Examples of punishment of inanimate objects can be found throughout history, in various places and civilizations. For example, in ancient Athens, an axe that caused a person injury was punished by being exiled. It was removed beyond the city limits in an impressive ceremony, attended by the elders of the city.  In the 16th century a church bell that had fallen and killed the son of the Russian Czar was punished by being sent off to the frozen realm of Siberia. In England, until the mid-nineteenth century, there was a law in practice stipulating that a cart that had run over a person be seized and sold for charitable purposes. 
Some modern penologists  hold that even today one can find traces of a similar approach in Israeli law codices.  For example, article 18(a) of the law on firearms (1949) stipulates: “When a person is found guilty of violating this law, the court may order that the firearm with which the crime was committed be confiscated for the good of the state.” According to their perspective, confiscating the firearm was a punishment in its own right, executed against the object, in addition to the punishment of imprisonment given the criminal. The purpose of confiscation was not to separate the criminal who had caused the harm from the object, since in any event he was to be incarcerated in prison. Rather it was to “punish” the confiscated object.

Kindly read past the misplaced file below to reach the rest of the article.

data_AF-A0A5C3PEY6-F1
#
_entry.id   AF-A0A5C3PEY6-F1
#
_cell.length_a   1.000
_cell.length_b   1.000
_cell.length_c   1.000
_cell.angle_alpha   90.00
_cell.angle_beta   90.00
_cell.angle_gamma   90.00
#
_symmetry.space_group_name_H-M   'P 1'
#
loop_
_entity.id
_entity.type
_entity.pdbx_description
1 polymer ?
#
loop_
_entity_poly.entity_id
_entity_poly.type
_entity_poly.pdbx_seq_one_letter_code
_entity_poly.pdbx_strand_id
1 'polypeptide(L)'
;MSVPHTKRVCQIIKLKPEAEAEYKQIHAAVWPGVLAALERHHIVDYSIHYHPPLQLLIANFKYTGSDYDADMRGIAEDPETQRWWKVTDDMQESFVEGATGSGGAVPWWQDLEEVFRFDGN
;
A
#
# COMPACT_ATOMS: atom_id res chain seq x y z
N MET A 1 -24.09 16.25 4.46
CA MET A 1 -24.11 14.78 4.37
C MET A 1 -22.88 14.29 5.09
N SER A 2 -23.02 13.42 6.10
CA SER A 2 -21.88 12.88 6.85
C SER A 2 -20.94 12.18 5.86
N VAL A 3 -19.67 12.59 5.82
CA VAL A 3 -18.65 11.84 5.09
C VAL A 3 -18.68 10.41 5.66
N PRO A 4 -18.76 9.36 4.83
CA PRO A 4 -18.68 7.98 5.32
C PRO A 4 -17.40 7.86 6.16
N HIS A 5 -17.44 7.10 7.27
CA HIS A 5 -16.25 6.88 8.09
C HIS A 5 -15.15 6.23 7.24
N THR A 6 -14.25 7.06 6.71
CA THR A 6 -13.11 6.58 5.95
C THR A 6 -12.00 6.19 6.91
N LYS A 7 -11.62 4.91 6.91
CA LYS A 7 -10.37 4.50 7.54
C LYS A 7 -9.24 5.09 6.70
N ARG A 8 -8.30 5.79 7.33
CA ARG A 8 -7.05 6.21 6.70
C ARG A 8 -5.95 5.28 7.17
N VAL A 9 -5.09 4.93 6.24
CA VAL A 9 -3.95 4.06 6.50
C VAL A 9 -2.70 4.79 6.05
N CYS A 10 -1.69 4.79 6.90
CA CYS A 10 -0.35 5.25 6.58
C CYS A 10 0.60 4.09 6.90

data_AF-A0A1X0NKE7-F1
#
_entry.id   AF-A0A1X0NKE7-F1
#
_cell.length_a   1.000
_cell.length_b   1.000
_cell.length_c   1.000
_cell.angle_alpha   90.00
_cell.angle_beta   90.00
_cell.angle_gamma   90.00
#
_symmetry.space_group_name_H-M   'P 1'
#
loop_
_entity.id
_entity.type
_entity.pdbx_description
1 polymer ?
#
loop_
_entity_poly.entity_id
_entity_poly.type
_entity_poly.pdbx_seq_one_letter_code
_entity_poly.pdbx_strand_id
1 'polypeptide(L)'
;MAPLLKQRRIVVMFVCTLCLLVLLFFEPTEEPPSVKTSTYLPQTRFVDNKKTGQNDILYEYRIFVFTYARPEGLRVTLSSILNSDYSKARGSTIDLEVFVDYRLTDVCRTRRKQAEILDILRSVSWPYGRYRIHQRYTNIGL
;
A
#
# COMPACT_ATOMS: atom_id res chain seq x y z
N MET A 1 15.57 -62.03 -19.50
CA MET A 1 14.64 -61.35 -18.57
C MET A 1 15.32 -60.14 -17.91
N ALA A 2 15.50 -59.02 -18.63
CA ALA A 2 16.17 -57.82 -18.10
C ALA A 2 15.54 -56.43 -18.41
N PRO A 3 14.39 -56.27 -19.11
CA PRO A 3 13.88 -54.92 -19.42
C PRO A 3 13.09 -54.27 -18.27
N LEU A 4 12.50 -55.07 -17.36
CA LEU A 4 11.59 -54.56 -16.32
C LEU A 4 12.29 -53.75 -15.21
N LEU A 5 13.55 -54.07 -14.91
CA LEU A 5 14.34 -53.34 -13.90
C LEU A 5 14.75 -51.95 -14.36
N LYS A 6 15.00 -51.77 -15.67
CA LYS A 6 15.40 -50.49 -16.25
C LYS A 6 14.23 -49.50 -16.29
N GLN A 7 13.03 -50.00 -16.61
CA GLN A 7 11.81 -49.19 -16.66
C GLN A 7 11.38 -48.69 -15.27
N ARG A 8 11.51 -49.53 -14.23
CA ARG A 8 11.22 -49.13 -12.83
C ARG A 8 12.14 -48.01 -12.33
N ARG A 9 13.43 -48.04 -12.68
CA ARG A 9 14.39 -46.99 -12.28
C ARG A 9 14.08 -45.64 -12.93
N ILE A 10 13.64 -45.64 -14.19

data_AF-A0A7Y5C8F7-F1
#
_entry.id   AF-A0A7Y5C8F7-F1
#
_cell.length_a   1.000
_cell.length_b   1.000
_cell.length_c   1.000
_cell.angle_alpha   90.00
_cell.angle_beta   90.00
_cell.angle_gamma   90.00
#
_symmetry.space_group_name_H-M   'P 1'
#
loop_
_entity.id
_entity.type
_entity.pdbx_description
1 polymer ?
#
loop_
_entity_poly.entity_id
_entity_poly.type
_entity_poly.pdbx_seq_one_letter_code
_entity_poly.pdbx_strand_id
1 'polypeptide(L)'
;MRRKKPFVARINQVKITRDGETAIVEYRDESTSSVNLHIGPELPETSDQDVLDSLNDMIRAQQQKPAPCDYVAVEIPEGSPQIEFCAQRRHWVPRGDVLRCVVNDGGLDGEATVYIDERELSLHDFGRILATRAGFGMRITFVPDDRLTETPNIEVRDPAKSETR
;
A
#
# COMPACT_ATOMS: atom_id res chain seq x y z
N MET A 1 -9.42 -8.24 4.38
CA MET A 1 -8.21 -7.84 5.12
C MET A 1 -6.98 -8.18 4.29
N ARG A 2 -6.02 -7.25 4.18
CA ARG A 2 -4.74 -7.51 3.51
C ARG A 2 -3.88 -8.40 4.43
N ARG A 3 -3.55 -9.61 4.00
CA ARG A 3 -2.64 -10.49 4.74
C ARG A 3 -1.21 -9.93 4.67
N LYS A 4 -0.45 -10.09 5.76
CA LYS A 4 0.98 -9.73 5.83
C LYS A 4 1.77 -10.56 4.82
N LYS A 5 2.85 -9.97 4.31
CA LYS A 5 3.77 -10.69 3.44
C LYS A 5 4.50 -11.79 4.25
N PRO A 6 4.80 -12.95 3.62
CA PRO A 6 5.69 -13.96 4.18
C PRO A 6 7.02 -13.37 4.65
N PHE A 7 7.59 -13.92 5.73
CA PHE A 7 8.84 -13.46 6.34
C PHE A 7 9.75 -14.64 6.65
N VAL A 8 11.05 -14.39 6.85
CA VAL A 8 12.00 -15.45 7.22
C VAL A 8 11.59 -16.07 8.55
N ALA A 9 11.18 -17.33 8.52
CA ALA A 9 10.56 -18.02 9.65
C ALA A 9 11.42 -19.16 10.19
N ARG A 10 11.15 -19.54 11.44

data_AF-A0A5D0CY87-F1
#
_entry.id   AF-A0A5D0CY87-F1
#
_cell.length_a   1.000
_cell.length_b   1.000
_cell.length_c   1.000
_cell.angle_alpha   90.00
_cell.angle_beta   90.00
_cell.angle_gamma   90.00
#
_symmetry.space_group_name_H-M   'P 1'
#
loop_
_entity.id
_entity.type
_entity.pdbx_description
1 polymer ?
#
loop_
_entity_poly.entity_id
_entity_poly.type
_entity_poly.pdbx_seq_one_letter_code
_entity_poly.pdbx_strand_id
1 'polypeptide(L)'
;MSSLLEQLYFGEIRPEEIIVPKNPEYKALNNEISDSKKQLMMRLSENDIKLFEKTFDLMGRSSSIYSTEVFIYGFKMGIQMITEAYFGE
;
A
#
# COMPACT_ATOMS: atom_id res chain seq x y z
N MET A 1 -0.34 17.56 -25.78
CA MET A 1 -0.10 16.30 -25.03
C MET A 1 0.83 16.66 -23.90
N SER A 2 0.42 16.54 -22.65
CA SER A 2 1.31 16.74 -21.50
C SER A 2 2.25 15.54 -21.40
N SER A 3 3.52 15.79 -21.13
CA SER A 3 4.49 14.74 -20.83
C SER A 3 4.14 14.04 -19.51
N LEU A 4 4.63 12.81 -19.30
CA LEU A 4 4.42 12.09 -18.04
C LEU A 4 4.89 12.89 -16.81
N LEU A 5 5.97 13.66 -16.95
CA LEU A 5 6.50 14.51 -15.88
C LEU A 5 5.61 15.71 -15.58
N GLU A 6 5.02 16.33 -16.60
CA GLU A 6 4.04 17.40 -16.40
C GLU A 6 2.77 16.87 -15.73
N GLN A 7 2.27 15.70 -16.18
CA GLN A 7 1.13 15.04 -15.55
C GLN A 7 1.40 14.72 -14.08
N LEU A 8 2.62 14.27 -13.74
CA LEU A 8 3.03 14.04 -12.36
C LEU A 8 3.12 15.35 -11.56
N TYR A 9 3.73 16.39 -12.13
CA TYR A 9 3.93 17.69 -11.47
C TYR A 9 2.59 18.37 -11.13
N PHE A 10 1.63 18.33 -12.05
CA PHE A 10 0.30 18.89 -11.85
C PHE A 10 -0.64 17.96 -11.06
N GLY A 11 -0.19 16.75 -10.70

Whether or not we are satisfied by the rational justifications that have been proposed for this sort of punishment, we see from the above that punishing inanimate objects is a practice that still exists in our midst. This leaves room for further philosophical and penological investigation of the significance that attaches to such acts, both on the theoretical and the practical level.
see Rema’s surprise in this matter, Iggerot ha-Rema, Jerusalem
1968, p. 186. Also M. Halbertal, Mahapehot
 In addition, see the opinion of Justice Y. Englard in criminal appeal 3031/98, State of Israel vs. N. Dan Shabtai, court rulings 55(3) 877.
 Halbertal, loc. sit., p. 23, note 1.
 A. Shemesh, Onashim ve-Hataim min ha-Mikra le-Sifrut Hazal, Jerusalem 2003, p. 11.
 Joshua 7:24, Babylonian Talmud, Sanhedrin 44a.
 It should be noted that according to the Sages the punishment is carried out by delegates of the court, after a trial before the High Court, sitting with 71 judges. See Maimonides, Hilkhot Avodah Zarah 4.8 and 4.6, also Babylonian Talmud, Sanhedrin 2a.
 Sanhedrin 113a, and regarding a rebellious son, loc. sit. 71a.
 Sanhedrin 71a.
 Halbertal, loc.sit., p. 143.
 Sefer ha-Hinukh, Jerusalem 1986.
Sanhedrin 14.4 deduces from the case of
 In apposition to the approach take by the author of Or ha-Hayyim , which views the verse in Deuteronomy (), “and show you compassion,” as restoring the balance in the wake of the feeling of vengeance that was translated into actual action in executing the sentence.
Guide for the Perplexed, I, ch. 54.
 Ibid., III, ch. 41.
 See commentary of Rabbi David Tzvi Hoffman, Deuteronomy 13:17.
Jones, Crime and the Penal System,
 S. G. Shoham, S. Shavit, Crimes and Punishments—An Introduction to Penology (Heb.), Tel Aviv 1990, p. 132.
 Shoham and Shavit, ibid.
 See the law of Military Jurisdiction, 1955 (art. 523), and the Order for Prevention of Terror, 1948 (art. 5[a]).